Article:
09 Oct 2019
Every restaurant wants to fill tables and get as many 5-star reviews as possible. If you have a track record of raising standards and getting coverage in the press, the recruiter will definitely want to know about it.
Explain what you accomplished in each of your previous roles in a dedicated ‘Achievements’ section. This is where you can show off a bit. Remember, your achievements are especially powerful if they can be backed up with numbers and measurable facts. Customer satisfaction, return rates, review averages and inclusion in Best Restaurant lists are all great to mention.
You don’t need to take up too much space with this. A couple of sentences underneath each previous job role will be plenty.
Recruiters and employers are always busy, so they spend a surprisingly short time reading CVs. It’s too much to expect a reader to pay attention to every detail, even if your CV is full of good stuff.
If you can communicate the best things about you in 10 seconds, your chances of getting an interview are much greater.
The top third of your CV
This is the first thing a reader will look at. It’s important to convince them you’re the right person for the role immediately.
Name and contact details
Just the essentials: name, location, phone number, email.
2 short paragraphs about yourself, your experience level, your specialties and what kind of role you’re seeking. This should be a confident, positive, informative introduction to you and the work you do.
What you’ve learned and perfected over the years e.g. menu development, food hygiene, kitchen management and communication skills.
Generic CVs are a lot less impactful. When a recruiter or hiring manager reads your CV, they should be able to see what you can bring to the role and why you would be a good fit for them specifically.
Read the job ad and description carefully, making a note of the skills and experience the employer is looking for. If you can bring any of these qualities to the role, make sure your CV mentions them in the appropriate places.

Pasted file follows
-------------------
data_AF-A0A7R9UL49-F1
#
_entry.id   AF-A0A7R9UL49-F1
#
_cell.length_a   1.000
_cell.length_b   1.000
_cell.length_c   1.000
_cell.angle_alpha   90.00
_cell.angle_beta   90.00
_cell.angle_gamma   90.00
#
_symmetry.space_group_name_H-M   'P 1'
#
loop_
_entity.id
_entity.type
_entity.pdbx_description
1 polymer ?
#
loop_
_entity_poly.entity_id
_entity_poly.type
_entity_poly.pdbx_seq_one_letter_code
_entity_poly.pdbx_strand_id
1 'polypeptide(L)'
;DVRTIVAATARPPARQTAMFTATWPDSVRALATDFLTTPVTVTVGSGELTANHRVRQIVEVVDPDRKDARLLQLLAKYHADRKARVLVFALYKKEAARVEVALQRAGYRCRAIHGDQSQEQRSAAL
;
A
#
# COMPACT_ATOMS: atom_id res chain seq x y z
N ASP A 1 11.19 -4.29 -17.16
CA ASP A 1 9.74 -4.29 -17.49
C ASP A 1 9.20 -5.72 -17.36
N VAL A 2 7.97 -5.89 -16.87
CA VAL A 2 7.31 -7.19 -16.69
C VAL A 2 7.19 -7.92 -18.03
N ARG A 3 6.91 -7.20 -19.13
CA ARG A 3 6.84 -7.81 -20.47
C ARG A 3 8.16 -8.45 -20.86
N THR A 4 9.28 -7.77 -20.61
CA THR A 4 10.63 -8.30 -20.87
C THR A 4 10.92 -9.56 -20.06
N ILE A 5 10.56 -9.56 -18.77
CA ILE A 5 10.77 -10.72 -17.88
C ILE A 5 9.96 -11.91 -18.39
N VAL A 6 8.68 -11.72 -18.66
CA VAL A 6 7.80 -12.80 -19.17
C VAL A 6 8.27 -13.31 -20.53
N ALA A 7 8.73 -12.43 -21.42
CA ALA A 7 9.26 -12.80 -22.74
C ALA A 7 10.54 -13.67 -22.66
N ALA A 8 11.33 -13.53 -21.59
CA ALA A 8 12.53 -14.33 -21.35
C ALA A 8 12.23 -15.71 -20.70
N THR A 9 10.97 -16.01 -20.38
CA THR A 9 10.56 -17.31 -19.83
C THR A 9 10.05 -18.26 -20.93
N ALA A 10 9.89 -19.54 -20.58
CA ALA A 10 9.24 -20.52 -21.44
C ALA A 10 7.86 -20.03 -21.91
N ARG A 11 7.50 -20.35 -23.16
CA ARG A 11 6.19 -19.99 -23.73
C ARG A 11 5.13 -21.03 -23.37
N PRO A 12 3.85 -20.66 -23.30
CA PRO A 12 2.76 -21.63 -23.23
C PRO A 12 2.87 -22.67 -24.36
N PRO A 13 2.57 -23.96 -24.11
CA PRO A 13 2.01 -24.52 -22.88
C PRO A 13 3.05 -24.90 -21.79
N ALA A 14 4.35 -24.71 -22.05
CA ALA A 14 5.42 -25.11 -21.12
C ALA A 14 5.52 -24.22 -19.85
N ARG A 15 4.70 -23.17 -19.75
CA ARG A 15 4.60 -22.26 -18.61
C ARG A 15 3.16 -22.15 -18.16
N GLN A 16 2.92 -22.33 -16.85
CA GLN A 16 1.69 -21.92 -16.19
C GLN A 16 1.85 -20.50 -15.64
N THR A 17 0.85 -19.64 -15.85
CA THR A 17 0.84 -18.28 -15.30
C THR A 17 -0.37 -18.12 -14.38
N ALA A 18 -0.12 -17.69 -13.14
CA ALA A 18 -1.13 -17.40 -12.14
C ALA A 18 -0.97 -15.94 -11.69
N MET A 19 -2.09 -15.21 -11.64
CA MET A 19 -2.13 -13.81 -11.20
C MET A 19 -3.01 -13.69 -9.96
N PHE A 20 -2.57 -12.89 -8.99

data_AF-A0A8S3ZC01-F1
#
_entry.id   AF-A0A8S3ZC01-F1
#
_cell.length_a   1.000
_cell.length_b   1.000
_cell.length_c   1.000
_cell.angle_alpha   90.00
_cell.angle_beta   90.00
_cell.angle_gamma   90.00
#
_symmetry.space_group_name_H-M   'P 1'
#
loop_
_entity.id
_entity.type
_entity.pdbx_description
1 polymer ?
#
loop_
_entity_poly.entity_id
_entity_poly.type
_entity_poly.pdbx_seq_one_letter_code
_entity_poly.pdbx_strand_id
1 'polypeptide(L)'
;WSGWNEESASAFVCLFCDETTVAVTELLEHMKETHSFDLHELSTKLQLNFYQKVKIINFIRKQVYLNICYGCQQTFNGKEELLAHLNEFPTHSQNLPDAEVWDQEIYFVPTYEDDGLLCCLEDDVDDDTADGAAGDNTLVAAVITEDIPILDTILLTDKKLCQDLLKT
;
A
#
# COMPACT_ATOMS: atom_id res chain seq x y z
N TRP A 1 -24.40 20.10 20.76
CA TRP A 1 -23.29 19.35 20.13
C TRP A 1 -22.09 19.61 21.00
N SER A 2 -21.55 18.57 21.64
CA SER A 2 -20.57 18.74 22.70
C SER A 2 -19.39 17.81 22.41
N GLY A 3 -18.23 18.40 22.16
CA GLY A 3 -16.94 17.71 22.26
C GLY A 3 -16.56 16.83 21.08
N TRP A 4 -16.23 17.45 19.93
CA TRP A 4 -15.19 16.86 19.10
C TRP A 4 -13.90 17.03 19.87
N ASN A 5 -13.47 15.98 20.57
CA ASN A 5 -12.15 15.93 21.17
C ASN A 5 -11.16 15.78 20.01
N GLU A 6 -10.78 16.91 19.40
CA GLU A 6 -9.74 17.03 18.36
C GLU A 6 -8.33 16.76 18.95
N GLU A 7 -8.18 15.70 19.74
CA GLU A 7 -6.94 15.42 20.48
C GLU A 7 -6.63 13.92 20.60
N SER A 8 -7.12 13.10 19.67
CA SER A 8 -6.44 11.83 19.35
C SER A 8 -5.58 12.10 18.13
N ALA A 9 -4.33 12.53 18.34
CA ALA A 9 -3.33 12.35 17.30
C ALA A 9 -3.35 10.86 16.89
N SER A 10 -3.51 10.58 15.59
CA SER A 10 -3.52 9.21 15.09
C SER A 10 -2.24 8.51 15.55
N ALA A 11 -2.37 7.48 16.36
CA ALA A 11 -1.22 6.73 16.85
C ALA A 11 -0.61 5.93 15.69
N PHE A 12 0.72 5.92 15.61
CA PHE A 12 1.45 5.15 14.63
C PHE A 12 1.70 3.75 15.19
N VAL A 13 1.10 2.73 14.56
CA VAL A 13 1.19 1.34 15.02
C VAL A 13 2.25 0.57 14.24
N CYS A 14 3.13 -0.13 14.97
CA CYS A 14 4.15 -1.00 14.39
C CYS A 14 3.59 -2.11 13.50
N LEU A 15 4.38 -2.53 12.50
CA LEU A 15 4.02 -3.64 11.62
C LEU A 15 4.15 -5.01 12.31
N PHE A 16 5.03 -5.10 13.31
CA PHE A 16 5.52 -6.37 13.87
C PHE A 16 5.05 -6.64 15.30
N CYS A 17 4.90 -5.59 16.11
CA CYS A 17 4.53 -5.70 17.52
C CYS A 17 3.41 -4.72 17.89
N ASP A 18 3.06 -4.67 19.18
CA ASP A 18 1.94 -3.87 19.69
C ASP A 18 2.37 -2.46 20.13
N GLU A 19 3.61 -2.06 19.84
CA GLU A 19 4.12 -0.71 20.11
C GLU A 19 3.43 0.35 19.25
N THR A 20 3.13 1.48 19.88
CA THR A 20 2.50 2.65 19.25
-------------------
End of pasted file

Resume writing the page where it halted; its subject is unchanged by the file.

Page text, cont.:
Your core skills section is the best place to signpost essential skills. The reader will see you have the right experience in the first few seconds and keep reading to find out more about you.
It’s not essential to have a super stylish, unique CV. It’s much more important to have a CV with a readable, easy-to-follow structure.
Our brains are quickly tired and confused by wordy paragraphs, long sentences and a lack of space. When you’re presenting essential information to an employer, use different formatting, font sizes and spacing in the right places. They’ll take the information in quickly and remember it when you come in to interview.
Bullet points - list quick facts and key skills.
Bold/italics - signpost headings and important information.
Spaces and dividers - make different sections and subjects clear.
Font sizes - nothing says ‘look at this’ like size 14/16 in a sea of size 11.
Colours - headings will pop out even more. Make sure it’s dark and easily readable!
All four of these fixes can be added to your CV in no time at all. When it comes to applying for a new role, you’ll be able to quickly swap out different skills and add or remove detail where it’s most useful and meaningful.
Small, but impactful CV edits will make a huge difference to how recruiters and employers see you as a candidate.
Andrew Fennell is the founder of CV writing advice website StandOut CV – he is a former recruitment consultant and contributes careers advice to websites like Business Insider, The Guardian and FastCompany.